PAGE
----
Wednesday, June 19, 2013
529 plans, or tax-advantaged education savings plans, allow parents to submit a form naming primary and secondary successors. Parents that pass away without naming a successor are at risk of having the state assign someone they don’t trust to make decisions on how to invest the money and how the beneficiary can use the funds. Or even worse, if the beneficiary is over 18, the beneficiary becomes the account owner and has full power to use the education funding for whatever purpose they like.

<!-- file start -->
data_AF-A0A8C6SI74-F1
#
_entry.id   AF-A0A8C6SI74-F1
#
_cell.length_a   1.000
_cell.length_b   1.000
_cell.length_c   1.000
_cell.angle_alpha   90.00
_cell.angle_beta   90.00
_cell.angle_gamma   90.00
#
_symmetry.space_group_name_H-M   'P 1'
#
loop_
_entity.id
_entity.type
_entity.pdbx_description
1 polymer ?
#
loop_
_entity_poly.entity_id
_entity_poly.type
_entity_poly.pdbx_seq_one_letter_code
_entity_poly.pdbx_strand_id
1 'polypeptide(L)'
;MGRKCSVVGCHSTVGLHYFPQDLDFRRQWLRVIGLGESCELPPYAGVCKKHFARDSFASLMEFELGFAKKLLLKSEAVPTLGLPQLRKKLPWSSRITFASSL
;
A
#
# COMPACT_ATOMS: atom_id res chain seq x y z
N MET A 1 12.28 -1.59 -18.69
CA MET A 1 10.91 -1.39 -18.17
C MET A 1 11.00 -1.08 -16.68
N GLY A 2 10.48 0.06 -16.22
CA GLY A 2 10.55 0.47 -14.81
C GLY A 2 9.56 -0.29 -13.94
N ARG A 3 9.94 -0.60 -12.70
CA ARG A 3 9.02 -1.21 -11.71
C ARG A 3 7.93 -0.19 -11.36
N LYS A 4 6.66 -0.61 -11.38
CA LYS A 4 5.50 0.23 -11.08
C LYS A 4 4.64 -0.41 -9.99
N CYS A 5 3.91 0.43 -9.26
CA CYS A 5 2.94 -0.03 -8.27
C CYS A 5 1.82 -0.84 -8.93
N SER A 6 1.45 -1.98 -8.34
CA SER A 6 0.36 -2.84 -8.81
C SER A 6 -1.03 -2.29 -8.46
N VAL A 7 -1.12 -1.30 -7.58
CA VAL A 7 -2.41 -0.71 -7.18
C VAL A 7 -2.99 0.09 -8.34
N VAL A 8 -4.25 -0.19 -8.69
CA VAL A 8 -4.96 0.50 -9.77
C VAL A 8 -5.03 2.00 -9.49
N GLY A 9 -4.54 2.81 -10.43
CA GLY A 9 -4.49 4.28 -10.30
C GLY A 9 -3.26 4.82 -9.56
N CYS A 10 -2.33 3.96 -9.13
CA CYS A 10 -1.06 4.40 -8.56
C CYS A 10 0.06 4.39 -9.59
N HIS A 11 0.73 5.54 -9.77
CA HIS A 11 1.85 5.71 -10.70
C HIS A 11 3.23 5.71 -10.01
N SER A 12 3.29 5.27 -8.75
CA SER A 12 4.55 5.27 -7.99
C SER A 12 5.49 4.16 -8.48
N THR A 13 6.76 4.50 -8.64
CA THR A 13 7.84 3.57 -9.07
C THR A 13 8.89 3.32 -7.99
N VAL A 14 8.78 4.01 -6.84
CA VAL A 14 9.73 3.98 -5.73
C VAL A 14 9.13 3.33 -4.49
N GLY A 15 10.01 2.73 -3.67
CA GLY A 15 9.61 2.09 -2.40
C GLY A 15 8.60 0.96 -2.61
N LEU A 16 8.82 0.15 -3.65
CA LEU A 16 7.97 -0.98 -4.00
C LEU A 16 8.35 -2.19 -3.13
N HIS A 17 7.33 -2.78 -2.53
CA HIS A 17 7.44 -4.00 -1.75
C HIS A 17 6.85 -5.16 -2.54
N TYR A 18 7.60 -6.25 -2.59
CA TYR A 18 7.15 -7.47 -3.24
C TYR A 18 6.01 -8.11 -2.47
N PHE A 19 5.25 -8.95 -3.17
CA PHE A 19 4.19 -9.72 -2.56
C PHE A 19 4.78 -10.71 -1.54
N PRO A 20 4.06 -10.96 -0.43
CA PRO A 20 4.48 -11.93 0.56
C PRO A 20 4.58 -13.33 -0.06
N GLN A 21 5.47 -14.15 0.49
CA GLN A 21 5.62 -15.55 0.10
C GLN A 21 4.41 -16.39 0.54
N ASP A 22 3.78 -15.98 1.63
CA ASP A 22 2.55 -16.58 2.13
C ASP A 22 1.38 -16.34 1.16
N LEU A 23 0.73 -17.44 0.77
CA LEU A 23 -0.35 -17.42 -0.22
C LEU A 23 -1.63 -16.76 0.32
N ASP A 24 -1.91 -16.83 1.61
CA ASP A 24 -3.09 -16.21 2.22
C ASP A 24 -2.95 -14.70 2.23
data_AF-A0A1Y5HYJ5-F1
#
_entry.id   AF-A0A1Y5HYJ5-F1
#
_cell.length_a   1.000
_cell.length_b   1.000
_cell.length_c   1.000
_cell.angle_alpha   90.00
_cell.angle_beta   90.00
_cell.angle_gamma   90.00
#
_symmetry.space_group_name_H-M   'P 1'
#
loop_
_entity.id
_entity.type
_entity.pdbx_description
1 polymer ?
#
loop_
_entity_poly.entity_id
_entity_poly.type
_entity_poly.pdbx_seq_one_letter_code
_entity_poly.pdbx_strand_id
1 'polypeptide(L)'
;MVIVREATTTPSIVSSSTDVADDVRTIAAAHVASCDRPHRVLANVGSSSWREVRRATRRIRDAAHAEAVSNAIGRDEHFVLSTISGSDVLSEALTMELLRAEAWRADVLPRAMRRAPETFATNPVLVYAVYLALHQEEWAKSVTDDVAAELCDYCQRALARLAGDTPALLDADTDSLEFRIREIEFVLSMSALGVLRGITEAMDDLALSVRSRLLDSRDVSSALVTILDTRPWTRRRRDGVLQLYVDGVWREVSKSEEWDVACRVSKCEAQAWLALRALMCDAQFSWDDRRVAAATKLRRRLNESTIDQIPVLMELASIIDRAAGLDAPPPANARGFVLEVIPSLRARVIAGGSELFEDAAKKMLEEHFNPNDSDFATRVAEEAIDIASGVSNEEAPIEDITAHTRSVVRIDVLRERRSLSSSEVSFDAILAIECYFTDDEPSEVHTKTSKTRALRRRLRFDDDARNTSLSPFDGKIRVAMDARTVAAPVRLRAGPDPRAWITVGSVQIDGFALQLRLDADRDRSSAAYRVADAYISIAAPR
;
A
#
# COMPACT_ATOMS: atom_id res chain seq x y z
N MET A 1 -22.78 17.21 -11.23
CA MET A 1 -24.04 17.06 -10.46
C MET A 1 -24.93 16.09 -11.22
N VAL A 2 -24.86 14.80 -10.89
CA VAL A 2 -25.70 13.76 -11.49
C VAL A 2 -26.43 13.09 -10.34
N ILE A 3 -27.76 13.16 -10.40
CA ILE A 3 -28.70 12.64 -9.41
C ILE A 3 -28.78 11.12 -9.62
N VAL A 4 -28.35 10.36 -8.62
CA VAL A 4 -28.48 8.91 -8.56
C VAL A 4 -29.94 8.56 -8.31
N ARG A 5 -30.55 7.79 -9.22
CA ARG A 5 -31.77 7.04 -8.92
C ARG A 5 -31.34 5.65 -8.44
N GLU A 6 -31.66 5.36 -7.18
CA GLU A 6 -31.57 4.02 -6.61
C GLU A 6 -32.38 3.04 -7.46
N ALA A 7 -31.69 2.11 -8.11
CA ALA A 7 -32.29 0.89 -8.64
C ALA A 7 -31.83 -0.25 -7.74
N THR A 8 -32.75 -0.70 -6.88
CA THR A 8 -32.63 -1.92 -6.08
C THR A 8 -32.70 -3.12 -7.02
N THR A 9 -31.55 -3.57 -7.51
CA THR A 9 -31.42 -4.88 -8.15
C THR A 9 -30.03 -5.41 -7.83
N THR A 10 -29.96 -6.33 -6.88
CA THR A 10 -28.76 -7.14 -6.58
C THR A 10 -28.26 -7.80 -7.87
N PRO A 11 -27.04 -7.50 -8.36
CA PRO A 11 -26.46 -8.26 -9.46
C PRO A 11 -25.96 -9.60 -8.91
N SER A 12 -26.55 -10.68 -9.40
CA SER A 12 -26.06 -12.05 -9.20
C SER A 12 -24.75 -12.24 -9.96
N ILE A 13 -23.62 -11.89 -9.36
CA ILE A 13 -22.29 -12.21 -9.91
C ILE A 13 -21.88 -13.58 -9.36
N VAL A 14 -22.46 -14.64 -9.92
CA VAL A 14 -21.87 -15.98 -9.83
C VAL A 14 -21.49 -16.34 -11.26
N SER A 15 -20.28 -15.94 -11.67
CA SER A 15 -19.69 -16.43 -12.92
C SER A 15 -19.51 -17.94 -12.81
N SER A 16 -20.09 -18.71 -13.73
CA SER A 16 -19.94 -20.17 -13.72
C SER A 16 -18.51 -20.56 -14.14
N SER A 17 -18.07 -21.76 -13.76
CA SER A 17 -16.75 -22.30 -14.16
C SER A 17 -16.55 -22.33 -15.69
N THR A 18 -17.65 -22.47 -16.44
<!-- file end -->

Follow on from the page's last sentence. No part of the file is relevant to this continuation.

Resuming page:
Parents typically name spouses, close relatives, or trusts as successors. However, some parents decide to have the executor of their will distribute 529 plan withdrawals to ensure these college savings are used the way they intend. Whichever option a parent chooses, they should be aware of any state restrictions on ownership transferability that may subject the plan to tax.
See Reyna Gobel, Make College Savings Accounts Part of Estate Planning, U.S. News, May 31, 2013.